Managing the administrative work necessary to keep members of the Virginia Society of Rheumatologists (VSR) active and engaged was proving a challenge for volunteer rheumatologists balancing their society activities with busy practice schedules.
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Explore This IssueOctober 2018
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After attending several other state society meetings and talking to society leaders about the value of creating an executive director role, VSR President Neil Sullivan, MD, and VSR board member Harry Gewanter, MD, FAAP, MACR, agreed outside support was necessary to better connect rheumatologists and allied health providers through a better rheumatology society in the Commonwealth of Virginia.
“You don’t really know you need an executive director until you have one and see what can be done better to achieve a new level of education, connectivity and advocacy on behalf of the rheumatology community in your state,” says Dr. Gewanter.
Making the Decision
In October 2017, Dr. Gewanter and Dr. Sullivan formally proposed to the VSR board the concept of hiring an executive director. “We knew our society could be more than a group coming together for an educational meeting,” Dr. Gewanter shares.
After weighing the pros and cons and discussing the right fit needed for an executive director, the VSR board decided to seek support from the Richmond Academy of Medicine Services Corporation, an organization that supports many other Virginia specialty practice societies and is engaged with the Medical Society of Virginia, an important voice for physician concerns, Dr. Gewanter says.
Starting this past May, Elizabeth Schroeder Craig of the Richmond Academy of Medicine Services Corporation hit the ground running as the VSR’s first executive director.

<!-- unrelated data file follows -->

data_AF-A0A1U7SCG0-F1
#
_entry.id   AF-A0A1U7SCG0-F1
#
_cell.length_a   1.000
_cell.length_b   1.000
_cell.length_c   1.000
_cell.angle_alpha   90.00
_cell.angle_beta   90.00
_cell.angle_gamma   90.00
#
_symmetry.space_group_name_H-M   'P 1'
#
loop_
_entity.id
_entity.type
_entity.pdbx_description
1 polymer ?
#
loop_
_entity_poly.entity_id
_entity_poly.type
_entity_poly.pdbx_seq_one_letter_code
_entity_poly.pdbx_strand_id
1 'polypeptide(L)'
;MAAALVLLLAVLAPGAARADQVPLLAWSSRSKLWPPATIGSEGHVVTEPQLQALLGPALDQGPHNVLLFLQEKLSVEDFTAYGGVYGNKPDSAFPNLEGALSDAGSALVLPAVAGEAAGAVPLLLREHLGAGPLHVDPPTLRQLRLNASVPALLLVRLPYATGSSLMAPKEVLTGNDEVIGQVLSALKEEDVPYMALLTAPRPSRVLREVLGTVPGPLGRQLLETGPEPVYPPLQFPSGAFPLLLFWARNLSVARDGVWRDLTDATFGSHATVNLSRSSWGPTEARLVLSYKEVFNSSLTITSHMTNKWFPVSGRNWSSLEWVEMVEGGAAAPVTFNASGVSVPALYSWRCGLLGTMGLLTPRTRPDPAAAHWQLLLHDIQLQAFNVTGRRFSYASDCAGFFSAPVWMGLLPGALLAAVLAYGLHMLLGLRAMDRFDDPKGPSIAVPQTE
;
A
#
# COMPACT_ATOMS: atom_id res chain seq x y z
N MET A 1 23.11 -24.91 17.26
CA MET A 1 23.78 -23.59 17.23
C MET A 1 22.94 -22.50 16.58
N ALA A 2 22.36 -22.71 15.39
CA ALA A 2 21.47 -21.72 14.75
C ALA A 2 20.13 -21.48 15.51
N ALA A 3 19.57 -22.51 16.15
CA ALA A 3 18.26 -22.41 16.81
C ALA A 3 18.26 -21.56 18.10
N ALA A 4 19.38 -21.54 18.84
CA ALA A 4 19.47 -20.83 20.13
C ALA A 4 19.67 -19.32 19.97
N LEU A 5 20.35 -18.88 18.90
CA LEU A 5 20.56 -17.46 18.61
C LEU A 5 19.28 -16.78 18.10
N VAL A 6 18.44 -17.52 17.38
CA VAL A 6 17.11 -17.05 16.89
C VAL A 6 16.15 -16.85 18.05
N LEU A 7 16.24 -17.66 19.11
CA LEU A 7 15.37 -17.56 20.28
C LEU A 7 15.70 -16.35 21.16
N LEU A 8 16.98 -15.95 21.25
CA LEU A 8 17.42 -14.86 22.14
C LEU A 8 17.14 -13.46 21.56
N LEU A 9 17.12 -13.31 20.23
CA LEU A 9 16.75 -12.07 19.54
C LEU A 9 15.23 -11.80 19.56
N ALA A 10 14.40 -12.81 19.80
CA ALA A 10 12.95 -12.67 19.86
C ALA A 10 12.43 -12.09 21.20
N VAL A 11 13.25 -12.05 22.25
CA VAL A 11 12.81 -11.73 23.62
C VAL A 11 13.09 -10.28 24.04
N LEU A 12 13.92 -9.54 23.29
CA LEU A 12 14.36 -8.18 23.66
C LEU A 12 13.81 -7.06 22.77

Tackling Society Operations Challenges
Ms. Craig says an executive director for a state society functions best when the position is tailored to meet specific needs, such as managing the board, setting up meetings, ensuring bylaws are being followed and supporting the volunteer physician leaders in setting and achieving optimal goals for society activities. She attributes 32 years of strong leadership and dedicated service from VSR members to making it possible for the society to hire an executive director.
Her first order of business with the VSR has been to organize and enhance email communication to better ensure current and future VSR members are receiving all the information they need to engage with the society. She launched a quarterly newsletter for the VSR and is providing the administrative support for the VSR’s upcoming annual meeting, to be held Sept. 21–23, and for the society’s 2019 and 2020 meetings.
“In my short time with the VSR, we have been able to put new structure in place for society communications and add a new level of connection with fellows, allied health professionals and more rheumatologists to take part in a very robust educational agenda for our annual meeting,” Ms. Craig explains.
Through regular communications now reaching more society members, Ms. Craig is also focused on achieving the vision of Dr. Sullivan, Dr. Gewanter and the VSR board to ramp up state advocacy efforts through grassroots activities with Virginia legislators.
“Knowledge is power when it comes to advocacy,” Ms. Craig acknowledges. “By providing our society members with the latest updates from the ACR and state legislators about proposed legislation that impacts rheumatology, we can create a stronger voice at a state level to ensure the rheumatology perspective is heard—the stronger the voice, the better chance our advocacy efforts have of informing critical decisions in our state.”
Dr. Gewanter adds, “we know that when rheumatologists speak up and connect with other specialties to share concerns about legislation impacting our practice, it most certainly makes a difference—but we have to be organized to do it.”
With Ms. Craig at the helm, Dr. Gewanter says the VSR board is looking forward to bringing a greater sense of connection to rheumatologists across Virginia, something he sees as essential to helping the rheumatology community thrive.
To other state society leaders across the country who are considering executive director leadership, Dr. Gewanter suggests candid conversation about what is slipping through the cracks and where society leaders can focus their efforts to advance society education, advocacy and increased collegiality to support fellow rheumatologists in their practices. “Admittedly, there will be increased initial costs, [but] the long-term benefits are worth the investment.”
Carina Stanton is a freelance science journalist based in Denver.